DreamHack Anaheim 2020 marks the first time that DreamHack, a gaming lifestyle festival spanning multiple countries across three continents, had a show on the west coast of the United States. I dropped by on Saturday, looking forward to seeing what DreamHack Anaheim had to offer and playing some video games, and I was not disappointed. Here’s what I thought of DreamHack Anaheim!
PLAY OF THE GAME: THE GOOD
DreamHack Anaheim was a well-built show, and these are just some of the highlights:
- High-level Esports Competitions: DreamHack Anaheim was definitely focused on gamers, and whether you’re competing or simply a fan of high-level play, DreamHack Anaheim had you covered. The stages were well-organized with ample seating and well-placed screens, and there was always a competition running, whether it was Fortnite, Halo, Madden, or any number of fighting games. If you were there to watch high-level play or to compete, DreamHack Anaheim was your Disneyland.
- Indie Playground: Indie games can have a tough time finding traction when it comes to getting the word out, and the Indie Playground at DreamHack Anaheim was a great way to provide advertising (and game testing) for up and coming indie titles. Between creative booth setups and and a wide, enticing variety of games, the Indie Playground is where I spent most of my time at DreamHack Anaheim, finding and playtesting new games, and it was time well spent.
- Expo Hall: The main convention hall had one of the best setups I’ve seen at a convention in a good long while. Booths were well-placed and spaced, and walkways between booths were wide enough that they never felt congested, which is a rarity in most convention expo halls. Whoever placed the booths also knew what they were doing – putting Eat Mikey’s, Monster Energy, and Wild Bill’s Soda all within stumbling distance of each other was genius.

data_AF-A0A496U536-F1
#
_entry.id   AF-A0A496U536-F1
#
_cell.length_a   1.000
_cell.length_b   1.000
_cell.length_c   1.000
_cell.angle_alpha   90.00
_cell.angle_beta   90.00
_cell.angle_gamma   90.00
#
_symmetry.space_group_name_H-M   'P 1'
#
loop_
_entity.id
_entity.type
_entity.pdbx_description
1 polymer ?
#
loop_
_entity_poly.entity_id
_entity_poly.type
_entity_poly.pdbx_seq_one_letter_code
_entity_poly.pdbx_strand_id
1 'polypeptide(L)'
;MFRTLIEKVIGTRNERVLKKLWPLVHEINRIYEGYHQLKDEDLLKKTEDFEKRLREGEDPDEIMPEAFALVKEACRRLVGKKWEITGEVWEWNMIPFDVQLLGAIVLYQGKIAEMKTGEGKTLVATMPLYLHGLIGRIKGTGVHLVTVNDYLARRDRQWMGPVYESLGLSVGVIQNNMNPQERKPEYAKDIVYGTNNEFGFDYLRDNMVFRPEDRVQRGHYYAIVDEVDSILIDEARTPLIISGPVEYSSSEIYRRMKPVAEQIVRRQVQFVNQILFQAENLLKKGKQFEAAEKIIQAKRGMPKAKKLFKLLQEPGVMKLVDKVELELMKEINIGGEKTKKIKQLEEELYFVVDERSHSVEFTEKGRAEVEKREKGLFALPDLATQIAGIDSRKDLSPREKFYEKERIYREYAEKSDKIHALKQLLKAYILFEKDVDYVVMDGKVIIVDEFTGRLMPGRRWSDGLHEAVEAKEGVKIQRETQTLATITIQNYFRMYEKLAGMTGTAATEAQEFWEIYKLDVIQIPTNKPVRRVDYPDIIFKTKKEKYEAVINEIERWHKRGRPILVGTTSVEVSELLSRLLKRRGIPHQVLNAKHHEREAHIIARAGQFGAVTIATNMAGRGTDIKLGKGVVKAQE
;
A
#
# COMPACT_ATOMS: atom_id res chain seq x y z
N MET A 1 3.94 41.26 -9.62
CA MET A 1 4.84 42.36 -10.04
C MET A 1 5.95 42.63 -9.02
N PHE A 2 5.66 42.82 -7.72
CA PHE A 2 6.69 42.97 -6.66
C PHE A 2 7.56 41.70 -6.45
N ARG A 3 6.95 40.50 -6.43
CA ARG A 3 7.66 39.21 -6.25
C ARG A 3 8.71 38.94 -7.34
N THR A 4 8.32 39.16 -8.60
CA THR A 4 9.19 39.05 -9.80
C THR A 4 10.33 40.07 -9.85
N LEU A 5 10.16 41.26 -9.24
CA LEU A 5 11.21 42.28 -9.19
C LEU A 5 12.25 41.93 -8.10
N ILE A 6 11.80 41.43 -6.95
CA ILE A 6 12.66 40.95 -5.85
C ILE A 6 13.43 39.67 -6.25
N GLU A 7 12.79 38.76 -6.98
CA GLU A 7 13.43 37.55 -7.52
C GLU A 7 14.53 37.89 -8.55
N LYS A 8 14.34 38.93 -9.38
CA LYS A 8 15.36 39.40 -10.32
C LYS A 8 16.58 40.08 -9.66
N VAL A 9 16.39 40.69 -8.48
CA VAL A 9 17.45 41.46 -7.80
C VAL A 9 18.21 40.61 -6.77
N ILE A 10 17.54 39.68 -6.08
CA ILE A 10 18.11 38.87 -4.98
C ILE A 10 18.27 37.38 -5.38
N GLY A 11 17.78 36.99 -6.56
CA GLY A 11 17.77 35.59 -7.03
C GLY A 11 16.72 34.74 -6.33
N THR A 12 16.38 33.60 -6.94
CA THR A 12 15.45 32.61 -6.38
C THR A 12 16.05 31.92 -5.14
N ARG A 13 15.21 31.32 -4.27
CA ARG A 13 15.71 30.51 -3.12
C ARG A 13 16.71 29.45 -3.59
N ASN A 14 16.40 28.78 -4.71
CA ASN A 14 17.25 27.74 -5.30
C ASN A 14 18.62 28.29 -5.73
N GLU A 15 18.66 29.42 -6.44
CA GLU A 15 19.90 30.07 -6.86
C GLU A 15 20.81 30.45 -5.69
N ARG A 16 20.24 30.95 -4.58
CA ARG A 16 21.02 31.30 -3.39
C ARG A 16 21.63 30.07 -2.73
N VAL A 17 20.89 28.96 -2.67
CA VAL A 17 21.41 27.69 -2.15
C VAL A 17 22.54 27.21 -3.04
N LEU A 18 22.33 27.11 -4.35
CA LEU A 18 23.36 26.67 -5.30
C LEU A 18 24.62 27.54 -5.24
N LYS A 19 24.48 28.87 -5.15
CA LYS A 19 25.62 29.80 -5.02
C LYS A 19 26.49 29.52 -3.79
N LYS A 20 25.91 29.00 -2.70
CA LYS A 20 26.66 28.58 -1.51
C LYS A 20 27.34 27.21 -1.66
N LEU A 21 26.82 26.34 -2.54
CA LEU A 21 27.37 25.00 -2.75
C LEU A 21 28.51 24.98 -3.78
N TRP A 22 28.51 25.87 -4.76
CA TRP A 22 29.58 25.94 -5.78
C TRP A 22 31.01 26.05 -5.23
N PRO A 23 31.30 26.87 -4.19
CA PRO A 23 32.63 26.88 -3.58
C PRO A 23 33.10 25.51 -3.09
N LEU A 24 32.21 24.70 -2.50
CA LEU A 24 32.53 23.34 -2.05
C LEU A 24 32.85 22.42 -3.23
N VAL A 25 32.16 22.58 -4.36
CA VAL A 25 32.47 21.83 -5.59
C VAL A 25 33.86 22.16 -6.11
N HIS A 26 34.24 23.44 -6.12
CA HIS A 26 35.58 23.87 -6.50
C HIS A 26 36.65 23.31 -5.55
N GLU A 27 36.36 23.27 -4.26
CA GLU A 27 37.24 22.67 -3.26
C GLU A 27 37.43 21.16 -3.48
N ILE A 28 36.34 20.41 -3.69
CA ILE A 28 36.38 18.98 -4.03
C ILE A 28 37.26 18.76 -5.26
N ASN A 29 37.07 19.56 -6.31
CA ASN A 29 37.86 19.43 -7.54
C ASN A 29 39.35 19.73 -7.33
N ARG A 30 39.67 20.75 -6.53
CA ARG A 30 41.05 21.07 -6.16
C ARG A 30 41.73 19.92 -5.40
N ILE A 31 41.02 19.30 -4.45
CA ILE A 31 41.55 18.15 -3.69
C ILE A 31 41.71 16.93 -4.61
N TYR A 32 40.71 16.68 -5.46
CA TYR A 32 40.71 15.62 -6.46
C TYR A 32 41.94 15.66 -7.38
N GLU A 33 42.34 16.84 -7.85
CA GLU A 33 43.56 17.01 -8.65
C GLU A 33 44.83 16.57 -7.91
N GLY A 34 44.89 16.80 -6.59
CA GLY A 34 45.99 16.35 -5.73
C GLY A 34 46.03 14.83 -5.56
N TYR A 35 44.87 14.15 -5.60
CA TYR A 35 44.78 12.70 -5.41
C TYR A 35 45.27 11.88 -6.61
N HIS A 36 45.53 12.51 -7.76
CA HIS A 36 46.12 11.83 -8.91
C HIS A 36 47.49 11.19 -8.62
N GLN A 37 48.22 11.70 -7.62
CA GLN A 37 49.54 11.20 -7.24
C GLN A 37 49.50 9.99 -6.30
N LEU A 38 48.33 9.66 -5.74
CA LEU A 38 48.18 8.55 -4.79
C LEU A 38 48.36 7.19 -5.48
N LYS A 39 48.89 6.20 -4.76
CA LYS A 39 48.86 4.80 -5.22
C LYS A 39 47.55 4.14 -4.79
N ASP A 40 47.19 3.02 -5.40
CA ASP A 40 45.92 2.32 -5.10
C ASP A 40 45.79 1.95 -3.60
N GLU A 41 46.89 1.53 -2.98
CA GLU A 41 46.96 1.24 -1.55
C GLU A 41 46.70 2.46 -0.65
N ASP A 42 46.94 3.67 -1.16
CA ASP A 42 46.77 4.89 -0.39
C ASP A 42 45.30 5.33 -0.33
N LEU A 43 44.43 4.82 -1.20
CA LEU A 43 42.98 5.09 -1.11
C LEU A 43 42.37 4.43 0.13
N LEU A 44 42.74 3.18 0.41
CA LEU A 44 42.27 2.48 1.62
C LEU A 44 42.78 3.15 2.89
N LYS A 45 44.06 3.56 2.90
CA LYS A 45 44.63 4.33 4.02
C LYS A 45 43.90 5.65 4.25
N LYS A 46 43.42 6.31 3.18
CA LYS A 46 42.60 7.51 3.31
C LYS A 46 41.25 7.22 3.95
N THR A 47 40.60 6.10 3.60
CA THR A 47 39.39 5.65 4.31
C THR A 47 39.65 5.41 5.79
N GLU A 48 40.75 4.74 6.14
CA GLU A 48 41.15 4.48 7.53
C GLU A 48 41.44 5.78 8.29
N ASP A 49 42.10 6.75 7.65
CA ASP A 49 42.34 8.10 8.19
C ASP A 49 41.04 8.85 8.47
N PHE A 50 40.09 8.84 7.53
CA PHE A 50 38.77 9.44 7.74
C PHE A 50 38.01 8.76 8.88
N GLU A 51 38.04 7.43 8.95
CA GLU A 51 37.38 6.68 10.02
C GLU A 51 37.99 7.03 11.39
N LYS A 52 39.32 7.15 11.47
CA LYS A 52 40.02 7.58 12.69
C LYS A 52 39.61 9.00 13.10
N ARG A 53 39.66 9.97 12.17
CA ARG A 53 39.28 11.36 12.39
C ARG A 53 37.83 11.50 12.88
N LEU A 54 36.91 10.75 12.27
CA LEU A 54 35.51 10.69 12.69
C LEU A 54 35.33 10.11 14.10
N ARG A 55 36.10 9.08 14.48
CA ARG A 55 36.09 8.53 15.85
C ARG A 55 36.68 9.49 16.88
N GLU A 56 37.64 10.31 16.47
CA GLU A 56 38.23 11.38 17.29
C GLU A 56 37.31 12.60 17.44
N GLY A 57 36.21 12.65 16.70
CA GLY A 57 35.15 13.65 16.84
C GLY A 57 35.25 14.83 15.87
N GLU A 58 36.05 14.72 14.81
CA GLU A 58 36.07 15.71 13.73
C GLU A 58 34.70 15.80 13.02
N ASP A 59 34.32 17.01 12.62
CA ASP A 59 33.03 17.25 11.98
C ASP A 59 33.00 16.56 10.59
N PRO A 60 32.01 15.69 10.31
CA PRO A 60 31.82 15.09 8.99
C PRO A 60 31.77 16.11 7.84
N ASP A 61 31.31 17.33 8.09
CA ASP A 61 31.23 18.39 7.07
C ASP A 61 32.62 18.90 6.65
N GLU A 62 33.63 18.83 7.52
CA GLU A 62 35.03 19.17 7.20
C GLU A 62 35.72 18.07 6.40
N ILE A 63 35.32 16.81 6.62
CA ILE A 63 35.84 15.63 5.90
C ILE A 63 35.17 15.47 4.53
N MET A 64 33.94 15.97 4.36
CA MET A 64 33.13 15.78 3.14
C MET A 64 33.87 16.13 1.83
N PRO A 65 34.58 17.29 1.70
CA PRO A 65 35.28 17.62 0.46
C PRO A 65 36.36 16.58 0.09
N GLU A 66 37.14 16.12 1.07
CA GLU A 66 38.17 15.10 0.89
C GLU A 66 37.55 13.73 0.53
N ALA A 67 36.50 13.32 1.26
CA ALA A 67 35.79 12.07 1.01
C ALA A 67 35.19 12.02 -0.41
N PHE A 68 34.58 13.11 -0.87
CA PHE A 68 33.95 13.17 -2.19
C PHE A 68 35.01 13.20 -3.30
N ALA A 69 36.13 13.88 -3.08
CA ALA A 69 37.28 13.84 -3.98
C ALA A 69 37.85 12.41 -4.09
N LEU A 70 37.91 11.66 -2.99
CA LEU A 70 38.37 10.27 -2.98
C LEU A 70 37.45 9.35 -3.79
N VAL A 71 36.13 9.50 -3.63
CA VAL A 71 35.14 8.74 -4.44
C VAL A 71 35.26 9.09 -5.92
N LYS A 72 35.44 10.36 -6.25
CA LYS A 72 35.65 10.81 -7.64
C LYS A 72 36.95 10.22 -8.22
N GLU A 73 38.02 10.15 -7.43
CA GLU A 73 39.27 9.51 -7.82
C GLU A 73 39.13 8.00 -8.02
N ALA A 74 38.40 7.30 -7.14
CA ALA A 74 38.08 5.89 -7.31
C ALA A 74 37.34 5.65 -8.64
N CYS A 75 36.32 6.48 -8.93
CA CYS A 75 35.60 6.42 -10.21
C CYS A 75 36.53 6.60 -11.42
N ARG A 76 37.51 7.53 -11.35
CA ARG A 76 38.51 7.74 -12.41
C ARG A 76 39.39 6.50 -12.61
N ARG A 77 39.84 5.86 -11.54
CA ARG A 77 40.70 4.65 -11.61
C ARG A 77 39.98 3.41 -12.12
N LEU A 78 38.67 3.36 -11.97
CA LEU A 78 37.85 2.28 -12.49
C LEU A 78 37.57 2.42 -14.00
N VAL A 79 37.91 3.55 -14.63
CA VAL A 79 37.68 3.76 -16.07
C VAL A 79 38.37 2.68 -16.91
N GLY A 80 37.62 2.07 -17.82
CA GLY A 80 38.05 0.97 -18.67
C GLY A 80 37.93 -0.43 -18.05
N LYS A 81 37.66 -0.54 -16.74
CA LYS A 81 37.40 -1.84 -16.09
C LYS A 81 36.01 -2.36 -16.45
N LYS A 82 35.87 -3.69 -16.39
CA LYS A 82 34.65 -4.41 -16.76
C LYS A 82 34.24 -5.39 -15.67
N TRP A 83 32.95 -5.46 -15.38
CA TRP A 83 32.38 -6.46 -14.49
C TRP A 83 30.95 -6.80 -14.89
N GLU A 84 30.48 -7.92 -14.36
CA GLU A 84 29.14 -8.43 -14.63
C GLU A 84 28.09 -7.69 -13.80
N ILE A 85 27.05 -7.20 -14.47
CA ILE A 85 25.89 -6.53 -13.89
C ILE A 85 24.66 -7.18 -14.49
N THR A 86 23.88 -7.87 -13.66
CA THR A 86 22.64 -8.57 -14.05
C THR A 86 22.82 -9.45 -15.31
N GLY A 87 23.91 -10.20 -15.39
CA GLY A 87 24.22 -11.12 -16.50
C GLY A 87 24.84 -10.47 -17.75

YOU HATE TO SEE IT: THE ROOM FOR IMPROVEMENT
Every convention has its issues, and DreamHack Anaheim was no exception.
- Afterthoughts: DreamHack Anaheim was focused on gaming, and that meant that its non-gaming elements fell by the wayside. The sole panel room wasn’t a room at all: it was rows of chairs in front of a stage, placed at the base of the escalators – a high traffic area – and not enclosed in any fashion, meaning panels suffered from a lot of ambient noise and conversations. The Artist Alley had the misfortune of being mostly hidden behind the Fortnite stage, and being next to the Indie Playground meant a good amount of traffic bypassed the artists entirely in favor of gaming, making the Artist Alley something of a dead zone. Despite a solid panel lineup and a bevy of fantastic artists, placement and execution made panels and Artist Alley look like something of an afterthought.
- Silent Hill?: There was a fog machine near one of the stages that got extensive use, to the point where a good portion of the hall spent most of the day half-shrouded in haze. In a day full of looking at screens, anything that affects vision is distracting at best, and this was easily preventable.
All in all, DreamHack Anaheim was a well-built and well-executed show, minus a few hiccups. For those following the esports competitions showcased during the show, and for those competing for prizes and bragging rights or otherwise participating, DreamHack Anaheim was a full weekend of entertainment. For those not competing or not otherwise interested in esports, DreamHack Anaheim was a one-day show; that said, that day was an absolute blast, and I fully plan on returning next year.